Making the step up to Ironman this season? Unless you come from a strong running background, the chances are your biggest concern is going to be the 42.2km at the end of the day.
The infamous 1997 ‘Crawl-Off’ between Sian Welch and Wendy Ingraham at Ironman Hawaii shows even athletes at the sharp-end of the race can literally be brought to their knees.
But with smart and consistent training, solid nutrition and a realistic approach to pacing on race day, the marathon need not be an exercise in suffering and survival.
For a long-course triathlete, cycling is arguably the key discipline. It represents the biggest chunk of the race and has a huge impact on the run. Never neglect your cycling training and make sure you’re getting in those long rides.
If you’re strong on the bike and can avoid the temptation to overcook it on race day, you’ll hit the run in better shape than a weaker cyclist. Time on the bike will also make you a stronger runner, and if you want to include some higher intensity work, doing it on the bike is far less likely to result in injury than faster paced runs.
Do enough swim training so you can cover the 3.8km swim in a reasonable time without it taking too much out of you. But, for time invested in training versus time gained on race day, the swim yields the poorest return by far.
You’ll read about long-course pros doing significant amounts of running speedwork, but for the majority of age-groupers it’s counterproductive and will lead to injury and unnecessary fatigue.
Tempo (heart rate Zone 3) is as fast as you need go. The key run session is the long, steady distance with a chunk at race pace. You’ll be running with fatigue in your legs on race day at Ironman UK, the Outlaw or Challenge Weymouth so you might as well get used to it in training.
Here we’re working with Joe Friel’s HR zones for the run, measured by your lactate threshold heart rate (LTHR).
To calculate your own, warm up properly before cycling at your hardest pace for 20mins while using a heart rate monitor. Your average heart rate for this period is your lactate threshold heart rate.
Zone 1 – less than 85% of LTHR
Zone 2 – 85% to 89% of LTHR
Zone 3 – 90% to 94% of LTHR
Zone 4 – 95% to 99% of LTHR
Zone 5 – 100% to 106% of LTHR
You’ll be building significant stamina on the bike, so you don’t have to do the mega long runs that are the mainstay of pure running programmes.
If you haven’t already got a marathon under your belt, doing one during the spring before a summer Ironman is a good mental box to tick.
This distance should be a one-off that you taper well for, though. Factor in enough recovery time and don’t revisit that distance until your long-course tri debut.
Run session variation
With your long run in the bank, doing two other run sessions during the week strikes a good balance between training enough and avoiding injury.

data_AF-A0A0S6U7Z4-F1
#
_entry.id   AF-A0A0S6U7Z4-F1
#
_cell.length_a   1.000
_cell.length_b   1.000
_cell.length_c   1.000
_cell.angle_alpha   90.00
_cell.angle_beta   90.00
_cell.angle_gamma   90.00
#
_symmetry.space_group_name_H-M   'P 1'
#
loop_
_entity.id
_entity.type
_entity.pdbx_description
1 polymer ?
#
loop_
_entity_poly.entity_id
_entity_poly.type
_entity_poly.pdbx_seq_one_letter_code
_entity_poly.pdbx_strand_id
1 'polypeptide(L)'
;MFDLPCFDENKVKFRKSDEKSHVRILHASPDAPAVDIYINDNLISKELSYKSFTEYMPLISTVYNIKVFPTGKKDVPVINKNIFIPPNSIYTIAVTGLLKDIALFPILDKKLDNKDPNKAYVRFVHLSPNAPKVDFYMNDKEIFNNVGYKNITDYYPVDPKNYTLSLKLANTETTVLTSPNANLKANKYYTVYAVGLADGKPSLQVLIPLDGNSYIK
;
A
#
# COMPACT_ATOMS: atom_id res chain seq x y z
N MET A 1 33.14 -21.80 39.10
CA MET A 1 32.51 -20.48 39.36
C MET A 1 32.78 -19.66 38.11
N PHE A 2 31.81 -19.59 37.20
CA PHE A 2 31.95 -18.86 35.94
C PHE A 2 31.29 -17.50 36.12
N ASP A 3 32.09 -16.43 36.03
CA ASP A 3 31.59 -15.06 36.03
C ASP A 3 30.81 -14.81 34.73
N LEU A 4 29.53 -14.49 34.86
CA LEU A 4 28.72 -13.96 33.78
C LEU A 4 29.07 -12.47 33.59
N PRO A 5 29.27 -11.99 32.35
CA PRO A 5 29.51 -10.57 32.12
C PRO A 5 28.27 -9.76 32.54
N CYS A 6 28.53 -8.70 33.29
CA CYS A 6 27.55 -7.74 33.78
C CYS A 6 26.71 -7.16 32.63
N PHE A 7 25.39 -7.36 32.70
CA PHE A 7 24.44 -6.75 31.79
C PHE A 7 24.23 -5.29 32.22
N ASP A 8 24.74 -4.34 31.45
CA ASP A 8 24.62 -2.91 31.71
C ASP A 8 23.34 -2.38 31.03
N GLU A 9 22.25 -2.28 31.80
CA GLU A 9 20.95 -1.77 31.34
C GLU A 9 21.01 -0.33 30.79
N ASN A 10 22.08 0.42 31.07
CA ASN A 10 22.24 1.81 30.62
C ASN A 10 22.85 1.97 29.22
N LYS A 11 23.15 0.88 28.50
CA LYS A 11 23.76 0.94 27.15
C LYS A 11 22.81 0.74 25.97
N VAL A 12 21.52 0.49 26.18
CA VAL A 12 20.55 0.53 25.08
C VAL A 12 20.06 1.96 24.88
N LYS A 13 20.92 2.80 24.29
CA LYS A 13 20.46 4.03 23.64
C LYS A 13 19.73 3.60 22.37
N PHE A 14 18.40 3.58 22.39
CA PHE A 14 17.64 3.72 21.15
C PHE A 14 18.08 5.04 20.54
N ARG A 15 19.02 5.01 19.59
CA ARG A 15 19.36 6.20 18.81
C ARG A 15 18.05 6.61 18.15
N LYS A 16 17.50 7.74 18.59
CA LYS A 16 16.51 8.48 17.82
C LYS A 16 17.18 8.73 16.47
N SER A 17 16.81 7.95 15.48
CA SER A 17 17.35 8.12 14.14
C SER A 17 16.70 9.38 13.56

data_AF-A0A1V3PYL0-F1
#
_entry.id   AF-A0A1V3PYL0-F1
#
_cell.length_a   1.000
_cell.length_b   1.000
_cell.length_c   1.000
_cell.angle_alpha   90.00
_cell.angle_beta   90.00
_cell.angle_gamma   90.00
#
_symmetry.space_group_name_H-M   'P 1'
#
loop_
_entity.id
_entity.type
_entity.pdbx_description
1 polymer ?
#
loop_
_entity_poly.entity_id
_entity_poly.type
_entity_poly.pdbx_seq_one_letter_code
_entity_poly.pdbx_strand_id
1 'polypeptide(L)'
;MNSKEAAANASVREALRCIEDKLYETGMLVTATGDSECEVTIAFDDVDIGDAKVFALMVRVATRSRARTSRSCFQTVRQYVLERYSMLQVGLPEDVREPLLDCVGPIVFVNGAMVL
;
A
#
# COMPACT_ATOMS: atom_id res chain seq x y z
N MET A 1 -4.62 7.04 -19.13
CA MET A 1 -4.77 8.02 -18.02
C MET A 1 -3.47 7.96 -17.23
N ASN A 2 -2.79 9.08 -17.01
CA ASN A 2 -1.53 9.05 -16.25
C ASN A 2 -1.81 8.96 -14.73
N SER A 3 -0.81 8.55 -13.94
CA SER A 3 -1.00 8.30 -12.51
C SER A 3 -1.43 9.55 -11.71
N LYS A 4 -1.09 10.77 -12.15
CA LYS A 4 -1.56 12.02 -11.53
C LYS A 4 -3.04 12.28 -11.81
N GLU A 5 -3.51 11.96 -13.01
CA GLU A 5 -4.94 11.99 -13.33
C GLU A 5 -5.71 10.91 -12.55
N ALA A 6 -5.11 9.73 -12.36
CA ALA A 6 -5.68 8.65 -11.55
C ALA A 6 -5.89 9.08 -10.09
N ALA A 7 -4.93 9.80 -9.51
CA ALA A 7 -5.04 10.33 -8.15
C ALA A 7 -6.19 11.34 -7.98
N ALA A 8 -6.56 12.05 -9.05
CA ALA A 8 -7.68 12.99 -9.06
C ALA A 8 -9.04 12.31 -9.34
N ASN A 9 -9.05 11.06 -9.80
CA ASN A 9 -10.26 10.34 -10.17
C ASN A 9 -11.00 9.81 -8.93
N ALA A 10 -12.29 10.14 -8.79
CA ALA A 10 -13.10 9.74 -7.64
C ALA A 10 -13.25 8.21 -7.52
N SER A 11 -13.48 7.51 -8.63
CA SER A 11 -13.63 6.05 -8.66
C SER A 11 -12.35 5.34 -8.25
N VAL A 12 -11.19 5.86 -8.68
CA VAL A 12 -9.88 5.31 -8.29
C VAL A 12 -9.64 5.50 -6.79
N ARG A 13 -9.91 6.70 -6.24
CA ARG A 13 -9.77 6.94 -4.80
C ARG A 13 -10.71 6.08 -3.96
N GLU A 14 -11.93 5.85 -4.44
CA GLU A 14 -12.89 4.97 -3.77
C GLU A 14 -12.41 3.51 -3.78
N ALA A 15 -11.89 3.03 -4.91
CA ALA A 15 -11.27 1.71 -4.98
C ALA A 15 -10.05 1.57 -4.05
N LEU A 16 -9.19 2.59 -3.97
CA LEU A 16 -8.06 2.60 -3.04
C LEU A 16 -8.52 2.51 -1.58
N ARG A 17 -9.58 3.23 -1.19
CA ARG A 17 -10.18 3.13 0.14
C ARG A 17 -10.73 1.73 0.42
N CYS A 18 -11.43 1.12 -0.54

One should be a tempo run consisting of 10mins warm-up, building through Zones 1 and 2, a solid 20-40mins at tempo (Zone 3) and 10mins jogging to cool down.
The other should be a 60-90min steady run, the majority of which should be Zone 2, which can be done faster.
I’ve always been a big fan of the brick and recommend tagging a 10-15min Zone 3 micro-run onto every bike session. It gets you used to the horrible ‘jelly legs’ sensation but, more importantly, reassures you that it passes.
Three weeks out from race day, aim to complete a ‘Metric Ironman’: 2.4km swim, 112km bike and 26.2km run. From then, as you begin to peak and taper down, bricks should be training staples but with a decreasing amount of running.
Pacing is key
For long runs, include a significant chunk (about 80%) at your marathon race pace. If you haven’t run a standalone marathon, there are online calculators that allow you to extrapolate training paces from your shorter-distance times (I recommend Daniel’s Running Formula).
Longer brick sessions such as your ‘Metric Ironman’ should be run at your M-Dot race pace. A good rule of thumb is to take your standalone marathon race pace and add 20%.
If you’re using heart rate, aim for low to mid-Zone 2, but it’s best to refer to pace as well because muscular fatigue and cardiac drift flatten heart rate relative to effort on long runs and bricks.
Experiment with nutrition
Mirinda Carfrae has said that training to increase her calorie intake on the bike has allowed her to race, rather than survive, the run. Work on your bike leg nutrition; no matter how good race day goes, you’re unlikely to be able to stomach solids on the run and will rely on those bike-banked calories.
On your long runs, experiment with different gels and energy drink mixes to find the ones you tolerate best. Aim to consume a gel or its equivalent every 20-30mins and try downing flat cola during the last hour of sessions – it can often be a stomach-settling race-day lifesaver.
Stretch to sidestep injury
With at least three bike workouts and a couple of swims a week to fit around your running, you’re far less likely to pick up injuries than a pure runner. Nonetheless, keep on stretching, especially if you work at a desk.
Including simple exercises such as single leg squats and lunges in your warm-up can also help undo the damage of sitting.
Also, vary your running surfaces. Get out onto the trails and hills every 3-5 weeks for your long run – forget pacing, run on feel and just enjoy it. Your mind and body will thank you for it.
(Images: Ben Winston)